On the plus side, two dozen of the world's best golfers will be facing each other in match-play formats this week, which has compelling possibilities, especially for the diehard golf fan. Two of those opposing players are golden boys Jordan Spieth and Jason Day. We would all like to see them go head to head at least once at the Jack Nicklaus Golf Club Korea.

Meanwhile, International Team Captain Nick Price understands the gravity for his side.

"I will tell you guys," Price said, "this is a really important Presidents Cup. I'm not going to say, 'What if?' But this better be closely contested. I'll let you guys figure out the repercussions."

Day just came out and said it: "Everybody knows we need to win."

U.S. captain's pick Phil Mickelson said, "I think this is going to be an extremely close, difficult match decided by one or two points."

That might help, especially if Day and his mates somehow pulled out a rare victory.

U.S. Team
Jay Haas (captain)
Jordan Spieth
Rickie Fowler
Dustin Johnson
Zach Johnson
Chris Kirk
Matt Kuchar
Patrick Reed
Jimmy Walker
Bubba Watson
J.B. Holmes
Bill Haas
Phil Mickelson

International Team
Nick Price (captain)
Jason Day
Adam Scott
Sangmoon Bae
Steve Bowditch
Branden Grace
Thongchai Jaidee
Anirban Lahiri
Danny Lee
Marc Leishman
Hideki Matsuyama
Louis Oosthuizen
Charl Schwartzel

Monday, October 5

The Twenty-Two Million Dollar Man

JORDAN SPIETH WON IT ALL in the 2014-2015 season, including $22,030,465. That's $22 million for a 22-year-old. Nice symmetry. On Friday, to no one's surprise, Spieth was named PGA Tour Player of the Year.

From PGATour.com:
PONTE VEDRA BEACH, Fla. -- The PGA TOUR announced Friday Jordan Spieth as the PGA TOUR Player of the Year and Jack Nicklaus Award recipient, and Daniel Berger as PGA TOUR Rookie of the Year, as voted by the TOUR's membership for the 2014-15 season. 
PGA TOUR members who played in at least 15 official money events this past season were eligible to vote. The balloting process ended on October 1.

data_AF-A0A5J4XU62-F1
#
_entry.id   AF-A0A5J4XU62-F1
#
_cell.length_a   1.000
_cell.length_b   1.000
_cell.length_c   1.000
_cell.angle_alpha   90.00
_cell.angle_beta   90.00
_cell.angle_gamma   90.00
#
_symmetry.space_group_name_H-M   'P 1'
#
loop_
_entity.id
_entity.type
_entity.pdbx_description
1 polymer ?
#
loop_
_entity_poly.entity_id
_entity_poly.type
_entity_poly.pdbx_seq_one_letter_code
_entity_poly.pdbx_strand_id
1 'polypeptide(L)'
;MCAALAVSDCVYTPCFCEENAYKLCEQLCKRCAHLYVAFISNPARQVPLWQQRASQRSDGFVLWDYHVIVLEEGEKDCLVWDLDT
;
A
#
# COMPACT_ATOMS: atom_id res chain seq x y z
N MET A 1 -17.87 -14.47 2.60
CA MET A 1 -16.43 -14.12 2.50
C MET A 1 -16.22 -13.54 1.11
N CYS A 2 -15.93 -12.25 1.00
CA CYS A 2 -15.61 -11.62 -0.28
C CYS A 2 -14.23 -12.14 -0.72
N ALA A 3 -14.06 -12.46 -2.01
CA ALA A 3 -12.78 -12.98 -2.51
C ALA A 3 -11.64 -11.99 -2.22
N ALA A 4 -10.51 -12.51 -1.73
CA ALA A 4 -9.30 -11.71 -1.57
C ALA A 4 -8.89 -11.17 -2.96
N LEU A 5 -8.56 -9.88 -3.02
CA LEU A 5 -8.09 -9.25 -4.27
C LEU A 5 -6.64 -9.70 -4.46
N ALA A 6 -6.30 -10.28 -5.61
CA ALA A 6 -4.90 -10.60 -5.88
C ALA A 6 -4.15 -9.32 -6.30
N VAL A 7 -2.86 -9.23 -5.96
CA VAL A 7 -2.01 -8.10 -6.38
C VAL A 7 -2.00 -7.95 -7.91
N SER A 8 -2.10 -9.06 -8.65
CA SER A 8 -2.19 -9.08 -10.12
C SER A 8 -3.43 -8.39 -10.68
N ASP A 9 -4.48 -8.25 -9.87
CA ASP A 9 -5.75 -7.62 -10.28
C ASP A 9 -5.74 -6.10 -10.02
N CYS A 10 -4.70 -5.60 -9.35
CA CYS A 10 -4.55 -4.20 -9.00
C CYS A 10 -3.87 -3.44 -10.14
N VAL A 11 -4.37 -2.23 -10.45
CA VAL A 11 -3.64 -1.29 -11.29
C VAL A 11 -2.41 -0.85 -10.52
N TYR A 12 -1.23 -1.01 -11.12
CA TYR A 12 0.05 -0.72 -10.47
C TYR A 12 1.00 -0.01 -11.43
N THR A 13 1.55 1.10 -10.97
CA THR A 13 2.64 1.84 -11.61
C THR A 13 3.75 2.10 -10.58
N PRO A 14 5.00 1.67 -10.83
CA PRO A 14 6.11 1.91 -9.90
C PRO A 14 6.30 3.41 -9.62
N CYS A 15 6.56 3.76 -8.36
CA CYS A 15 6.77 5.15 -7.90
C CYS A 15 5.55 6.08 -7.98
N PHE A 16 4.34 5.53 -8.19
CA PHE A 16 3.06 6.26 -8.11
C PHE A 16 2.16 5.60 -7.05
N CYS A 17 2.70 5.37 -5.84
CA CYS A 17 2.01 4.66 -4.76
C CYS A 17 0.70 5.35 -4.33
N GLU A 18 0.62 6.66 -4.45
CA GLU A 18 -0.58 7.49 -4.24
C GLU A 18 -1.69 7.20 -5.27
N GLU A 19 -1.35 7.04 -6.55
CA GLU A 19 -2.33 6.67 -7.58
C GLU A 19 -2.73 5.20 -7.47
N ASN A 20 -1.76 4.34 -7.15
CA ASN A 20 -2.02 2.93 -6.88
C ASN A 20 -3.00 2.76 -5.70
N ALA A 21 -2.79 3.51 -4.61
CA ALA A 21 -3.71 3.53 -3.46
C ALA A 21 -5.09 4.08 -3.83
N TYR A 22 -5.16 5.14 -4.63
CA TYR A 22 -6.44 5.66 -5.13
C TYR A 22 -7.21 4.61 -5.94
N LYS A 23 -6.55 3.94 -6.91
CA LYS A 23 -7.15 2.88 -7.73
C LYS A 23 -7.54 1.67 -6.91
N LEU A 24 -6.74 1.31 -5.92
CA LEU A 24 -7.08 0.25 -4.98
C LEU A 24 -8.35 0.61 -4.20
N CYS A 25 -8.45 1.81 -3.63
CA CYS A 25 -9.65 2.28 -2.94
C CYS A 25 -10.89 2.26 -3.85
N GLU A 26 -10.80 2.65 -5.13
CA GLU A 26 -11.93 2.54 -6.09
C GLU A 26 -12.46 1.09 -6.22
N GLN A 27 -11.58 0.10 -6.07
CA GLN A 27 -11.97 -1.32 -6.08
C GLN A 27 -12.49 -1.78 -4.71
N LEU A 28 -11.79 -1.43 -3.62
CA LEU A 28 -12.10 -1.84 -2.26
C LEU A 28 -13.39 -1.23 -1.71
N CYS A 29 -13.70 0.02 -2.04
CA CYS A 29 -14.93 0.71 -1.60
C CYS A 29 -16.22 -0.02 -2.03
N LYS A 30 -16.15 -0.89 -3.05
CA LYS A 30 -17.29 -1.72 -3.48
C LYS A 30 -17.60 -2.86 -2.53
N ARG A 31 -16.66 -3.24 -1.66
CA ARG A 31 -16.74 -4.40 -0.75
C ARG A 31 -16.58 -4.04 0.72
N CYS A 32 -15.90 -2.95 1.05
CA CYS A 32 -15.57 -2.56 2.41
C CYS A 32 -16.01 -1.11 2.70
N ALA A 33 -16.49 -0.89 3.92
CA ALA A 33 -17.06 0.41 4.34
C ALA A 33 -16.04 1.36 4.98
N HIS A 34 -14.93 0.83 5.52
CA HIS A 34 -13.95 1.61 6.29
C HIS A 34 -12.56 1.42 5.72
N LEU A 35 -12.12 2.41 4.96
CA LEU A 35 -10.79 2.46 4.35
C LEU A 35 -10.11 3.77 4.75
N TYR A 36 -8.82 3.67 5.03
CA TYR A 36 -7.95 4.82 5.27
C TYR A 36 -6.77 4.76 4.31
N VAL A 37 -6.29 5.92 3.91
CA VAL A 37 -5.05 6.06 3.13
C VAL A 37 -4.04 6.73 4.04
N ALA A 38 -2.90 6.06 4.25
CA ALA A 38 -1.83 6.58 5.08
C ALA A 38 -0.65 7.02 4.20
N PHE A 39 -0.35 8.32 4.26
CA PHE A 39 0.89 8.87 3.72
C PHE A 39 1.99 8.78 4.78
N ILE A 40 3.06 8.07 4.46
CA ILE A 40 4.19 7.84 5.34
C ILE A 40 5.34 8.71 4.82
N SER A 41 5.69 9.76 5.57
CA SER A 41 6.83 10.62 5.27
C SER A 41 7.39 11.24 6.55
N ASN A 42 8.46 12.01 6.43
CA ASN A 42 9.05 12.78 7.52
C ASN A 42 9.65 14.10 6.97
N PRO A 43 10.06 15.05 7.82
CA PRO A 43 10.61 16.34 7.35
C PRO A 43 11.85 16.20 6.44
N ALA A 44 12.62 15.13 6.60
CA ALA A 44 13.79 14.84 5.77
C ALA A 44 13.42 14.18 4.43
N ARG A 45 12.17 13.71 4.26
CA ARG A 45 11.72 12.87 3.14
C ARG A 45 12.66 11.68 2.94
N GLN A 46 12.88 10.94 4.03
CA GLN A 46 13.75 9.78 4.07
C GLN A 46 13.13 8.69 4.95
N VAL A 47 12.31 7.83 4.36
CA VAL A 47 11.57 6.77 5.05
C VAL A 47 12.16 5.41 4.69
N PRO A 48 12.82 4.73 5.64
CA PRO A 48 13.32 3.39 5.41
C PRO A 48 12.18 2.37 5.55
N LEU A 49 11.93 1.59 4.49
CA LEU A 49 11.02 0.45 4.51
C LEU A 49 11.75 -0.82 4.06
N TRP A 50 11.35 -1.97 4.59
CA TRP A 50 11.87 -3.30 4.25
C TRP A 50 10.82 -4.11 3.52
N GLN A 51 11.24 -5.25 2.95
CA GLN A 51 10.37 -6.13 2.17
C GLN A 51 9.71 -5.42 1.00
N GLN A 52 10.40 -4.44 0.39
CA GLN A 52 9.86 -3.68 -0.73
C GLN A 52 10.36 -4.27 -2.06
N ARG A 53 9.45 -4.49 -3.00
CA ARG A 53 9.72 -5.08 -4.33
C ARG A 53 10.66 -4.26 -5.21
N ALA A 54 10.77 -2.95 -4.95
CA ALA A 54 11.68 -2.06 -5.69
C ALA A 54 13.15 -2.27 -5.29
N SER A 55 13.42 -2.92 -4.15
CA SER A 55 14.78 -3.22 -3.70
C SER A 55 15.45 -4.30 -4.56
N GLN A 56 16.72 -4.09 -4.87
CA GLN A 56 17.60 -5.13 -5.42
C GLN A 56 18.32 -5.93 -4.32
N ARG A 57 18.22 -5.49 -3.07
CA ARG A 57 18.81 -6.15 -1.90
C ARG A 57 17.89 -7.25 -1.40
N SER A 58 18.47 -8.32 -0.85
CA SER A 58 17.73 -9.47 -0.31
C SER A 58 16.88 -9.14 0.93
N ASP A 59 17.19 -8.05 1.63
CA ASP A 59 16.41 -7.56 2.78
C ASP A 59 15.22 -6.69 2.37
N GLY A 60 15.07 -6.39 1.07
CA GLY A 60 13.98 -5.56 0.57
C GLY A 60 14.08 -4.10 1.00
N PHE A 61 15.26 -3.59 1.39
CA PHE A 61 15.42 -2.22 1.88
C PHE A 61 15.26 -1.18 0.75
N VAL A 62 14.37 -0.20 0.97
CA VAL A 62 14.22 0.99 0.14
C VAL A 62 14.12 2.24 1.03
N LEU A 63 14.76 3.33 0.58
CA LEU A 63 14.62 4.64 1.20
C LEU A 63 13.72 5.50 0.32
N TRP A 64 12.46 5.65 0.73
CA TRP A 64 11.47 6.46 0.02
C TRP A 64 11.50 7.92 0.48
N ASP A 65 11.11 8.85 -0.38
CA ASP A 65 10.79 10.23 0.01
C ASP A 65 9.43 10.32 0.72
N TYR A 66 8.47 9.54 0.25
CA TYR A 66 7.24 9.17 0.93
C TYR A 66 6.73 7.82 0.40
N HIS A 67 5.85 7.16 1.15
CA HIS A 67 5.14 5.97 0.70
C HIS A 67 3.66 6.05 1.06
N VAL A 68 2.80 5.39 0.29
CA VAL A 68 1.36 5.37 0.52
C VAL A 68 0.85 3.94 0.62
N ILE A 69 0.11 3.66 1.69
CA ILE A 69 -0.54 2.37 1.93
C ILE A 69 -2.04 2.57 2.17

The 22-year-old Spieth became the youngest PGA TOUR Player of the Year since Tiger Woods won the award at the age of 21 in 1997. 
"The PGA TOUR enjoyed a sensational season from every perspective as our young stars shone brighter than ever before, but none brighter than the PGA TOUR Player of the Year Jordan Spieth," said PGA TOUR Commissioner Tim Finchem. "He captivated us throughout a memorable year that included the FedExCup and five victories, highlighted by two major championships. And the sportsmanship he displayed in both victory and defeat was a stirring indication of the role model and ambassador he has become in a very short period of time."
Who's Hungriest?

The season started with Rory McIlroy on top, but that changed when Spieth won the Masters and U.S. Open. Rory missed the Open Championship as Spieth narrowly missed the playoff at the Old Course, where Zach Johnson prevailed. Then Jason Day made his incredible late-season spurt that included his first major victory, the PGA Championship at Whistling Straits.

All of the above has sparked McIlroy.

"It's motivating to see what these guys [Spieth and Day] are doing," he told BBC Sport. "You want to work harder, hit more balls, and try to keep getting better."

Rory added: "It has definitely given me that sense of hunger again."

That's good for the Northern Irishman, but I can't imagine Spieth and Day easing off the accelerator, even after breakout seasons. They don't strike me as players who will lose their focus or rest on their laurels.

And there are others out there. Fowler showed more than promise with a couple of impressive wins. There's a lot of young talent and hunger on the PGA Tour, which bodes well for the coming season and this new era in golf.

Friday, October 2

Friday Golf Shot: Johnny Goodman

Johnny Goodman at The Country Club in Brookline, Massachusetts.
(Courtesy of Boston Public Library, Lester Jones Collection, via Flickr)

JOHNNY GOODMAN WAS THE LAST AMATEUR to win the U.S. Open. Goodman won at Olympic Fields in 1933, edging Ralph Guldahl by a stroke. He had already made a name for himself. At the age of 19 Goodman beat Bobby Jones in the first round of the 1929 U.S. Amateur at Pebble Beach. Goodman later won the U.S. Amateur in 1937 and is credited with at least 60 tournament victories, according to Wikipedia.

The son of Lithuanian immigrants and orphaned when he was 14, Goodman grew up poor in Omaha, Nebraska, where today there is a golf course named after him.

Michael Blaine wrote a fine biography on Goodman published in 2006. It's called The King of Swings: Johnny Goodman, the Last Amateur to Beat the Pros at Their Own Game.